Joan Crawford Retains a Fierce Sense of Control in 'I Live My Life'
I Live My Life is a film that lands in the lineage of the '30s films about the screwball comedy derived from marital bickering.
I Live My LifeDirector: W.S. Van Dyke
Cast: Joan Crawford, Brian Aherne
Distributor: Warner Archive
US DVD release date: 2014-03-05
Here are the rules for a film like I Live My Life: a man and woman must spend the whole movie arguing in order to prove they're made for each other, and a headstrong woman must ultimately give way to what the man wants. In the wake of the 1934 classics It Happened One Night and Twentieth Century (which are more even-handed), Hollywood unleashed a flood of bickering screwballs, of which Joan Crawford and Brian Aherne play their parts as Kay Bentley and Terry O'Neill in I Live My Life.
Kay, a spoiled heiress of self-parodic lapels, literally stumbles into Terry's archaeological dig on the island of Naxos. The smug archeologist is excavating a Venus, and he compares himself to Pygmalion, leading Kay to call him Pyg. Their literary and articulate repartee is courtesy of writer Joseph L. Mankiewicz. He erects a three-part structure that wobbles in the last act (when Terry tries to be an executive vice-president) but makes up for it by getting louder. Crawford fans will enjoy the fire when she unleashes her anger, as she's far more interesting in those scenes than when politely apologizing or casting down her face and making cow-eyes, though she always retains a fierce sense of control.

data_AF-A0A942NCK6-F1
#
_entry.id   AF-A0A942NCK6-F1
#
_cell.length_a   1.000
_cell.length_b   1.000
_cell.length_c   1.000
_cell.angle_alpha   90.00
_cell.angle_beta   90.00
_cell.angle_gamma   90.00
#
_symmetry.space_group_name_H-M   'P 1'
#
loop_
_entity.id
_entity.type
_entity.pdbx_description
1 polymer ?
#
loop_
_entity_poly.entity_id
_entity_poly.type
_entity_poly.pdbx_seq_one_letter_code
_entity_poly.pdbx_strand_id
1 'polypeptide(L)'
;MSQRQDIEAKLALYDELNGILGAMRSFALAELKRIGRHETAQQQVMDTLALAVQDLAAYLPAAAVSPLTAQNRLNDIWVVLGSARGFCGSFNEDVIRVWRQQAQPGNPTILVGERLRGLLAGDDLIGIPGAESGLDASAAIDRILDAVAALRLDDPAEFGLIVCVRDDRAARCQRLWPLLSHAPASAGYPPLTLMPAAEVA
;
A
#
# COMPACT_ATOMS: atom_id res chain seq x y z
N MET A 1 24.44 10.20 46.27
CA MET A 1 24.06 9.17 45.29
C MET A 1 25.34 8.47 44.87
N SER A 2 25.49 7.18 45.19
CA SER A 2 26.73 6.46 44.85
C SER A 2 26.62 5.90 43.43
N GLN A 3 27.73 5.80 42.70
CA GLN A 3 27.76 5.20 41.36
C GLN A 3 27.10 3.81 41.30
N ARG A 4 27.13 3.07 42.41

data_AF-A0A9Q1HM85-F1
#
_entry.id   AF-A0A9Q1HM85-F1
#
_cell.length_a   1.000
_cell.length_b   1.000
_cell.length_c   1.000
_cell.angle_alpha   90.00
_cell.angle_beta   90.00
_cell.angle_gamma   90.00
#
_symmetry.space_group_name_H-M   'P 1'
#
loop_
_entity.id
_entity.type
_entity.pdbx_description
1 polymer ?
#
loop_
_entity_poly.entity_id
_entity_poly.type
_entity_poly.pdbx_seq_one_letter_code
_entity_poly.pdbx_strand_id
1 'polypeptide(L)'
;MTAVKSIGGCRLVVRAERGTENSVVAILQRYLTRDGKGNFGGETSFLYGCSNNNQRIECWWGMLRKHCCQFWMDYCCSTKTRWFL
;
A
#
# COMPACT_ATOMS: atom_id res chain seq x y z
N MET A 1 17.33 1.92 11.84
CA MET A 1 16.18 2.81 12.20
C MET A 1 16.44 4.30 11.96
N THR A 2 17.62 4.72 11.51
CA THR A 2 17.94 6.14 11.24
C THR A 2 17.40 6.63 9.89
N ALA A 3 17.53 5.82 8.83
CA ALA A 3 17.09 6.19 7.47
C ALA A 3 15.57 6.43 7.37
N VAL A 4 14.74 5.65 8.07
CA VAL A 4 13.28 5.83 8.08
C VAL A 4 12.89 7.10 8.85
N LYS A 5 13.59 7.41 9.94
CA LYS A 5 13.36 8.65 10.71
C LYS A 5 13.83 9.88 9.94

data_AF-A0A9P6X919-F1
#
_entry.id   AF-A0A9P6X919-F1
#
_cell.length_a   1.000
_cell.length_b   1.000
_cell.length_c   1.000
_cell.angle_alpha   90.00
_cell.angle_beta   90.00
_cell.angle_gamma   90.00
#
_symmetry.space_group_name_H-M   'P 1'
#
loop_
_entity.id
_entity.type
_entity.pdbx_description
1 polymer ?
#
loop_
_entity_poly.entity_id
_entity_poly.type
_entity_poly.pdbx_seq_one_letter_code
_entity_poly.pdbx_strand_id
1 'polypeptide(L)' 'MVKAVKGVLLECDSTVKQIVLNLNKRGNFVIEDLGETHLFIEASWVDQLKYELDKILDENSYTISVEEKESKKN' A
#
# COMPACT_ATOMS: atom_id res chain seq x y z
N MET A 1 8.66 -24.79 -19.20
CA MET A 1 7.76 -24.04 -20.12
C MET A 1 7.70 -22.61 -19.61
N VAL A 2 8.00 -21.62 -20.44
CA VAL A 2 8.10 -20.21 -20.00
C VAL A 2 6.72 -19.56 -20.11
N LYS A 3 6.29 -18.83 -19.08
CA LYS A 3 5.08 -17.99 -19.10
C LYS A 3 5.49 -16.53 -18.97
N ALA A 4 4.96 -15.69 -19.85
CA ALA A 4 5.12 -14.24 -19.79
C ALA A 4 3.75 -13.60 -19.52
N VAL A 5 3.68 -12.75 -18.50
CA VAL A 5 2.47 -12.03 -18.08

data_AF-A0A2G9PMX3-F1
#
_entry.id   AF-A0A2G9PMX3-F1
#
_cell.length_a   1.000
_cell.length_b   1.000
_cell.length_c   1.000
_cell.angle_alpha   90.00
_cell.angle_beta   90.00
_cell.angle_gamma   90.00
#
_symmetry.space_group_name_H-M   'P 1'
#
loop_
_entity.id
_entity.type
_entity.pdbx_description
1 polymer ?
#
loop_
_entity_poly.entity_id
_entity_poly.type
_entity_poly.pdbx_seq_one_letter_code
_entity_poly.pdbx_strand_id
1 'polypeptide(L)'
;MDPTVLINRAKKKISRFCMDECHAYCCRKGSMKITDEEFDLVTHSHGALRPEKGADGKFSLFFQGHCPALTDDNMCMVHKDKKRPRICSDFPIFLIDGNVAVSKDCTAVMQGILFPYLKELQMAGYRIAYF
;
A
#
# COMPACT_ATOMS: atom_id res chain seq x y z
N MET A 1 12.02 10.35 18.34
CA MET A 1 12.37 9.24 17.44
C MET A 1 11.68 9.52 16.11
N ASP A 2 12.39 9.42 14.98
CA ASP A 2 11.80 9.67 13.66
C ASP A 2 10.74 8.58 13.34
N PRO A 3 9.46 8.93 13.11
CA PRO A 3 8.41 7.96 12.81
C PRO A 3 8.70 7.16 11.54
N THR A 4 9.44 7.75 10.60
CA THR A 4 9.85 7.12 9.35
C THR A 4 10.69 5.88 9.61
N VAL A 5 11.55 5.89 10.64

The movie's nicest element and saving grace is the convincing warmth and love between Kay and her befuddled father (Frank Morgan). When their consideration for each other drives their actions, the movie becomes refreshing. It feels like the movie's real love story, while the alleged romance is forced and artificial at all times. Crawford would re-team with Morgan in the 1937 version of The Last of Mrs. Cheyney, where he played the mark to her con artist.
Praise classic Hollywood for littering every movie with character actors. Sterling Holloway makes a few snide remarks as Terry's assistant, similar to the manner in which Eric Blore lisps sly utterances as Kay's butler. Arthur Treacher scores as the hostile butler of Jessie Ralph's "old battle-axe" who runs the family. She's perpetually angry because all the men "are women", and she's waiting for a real man to put her in her place. Esther Dale gets a good line as the put-upon housekeeper who observes that somebody somewhere may not care, and Aline MacMahon stands around rolling her eyes and making wisecracks as the gawky spinster who's probably in love with Terry. That would normally be the Eve Arden role, but Arden wasn't on the scene yet.
An excellent print of this film, along with its battered trailer, is available on demand from Warner Archive.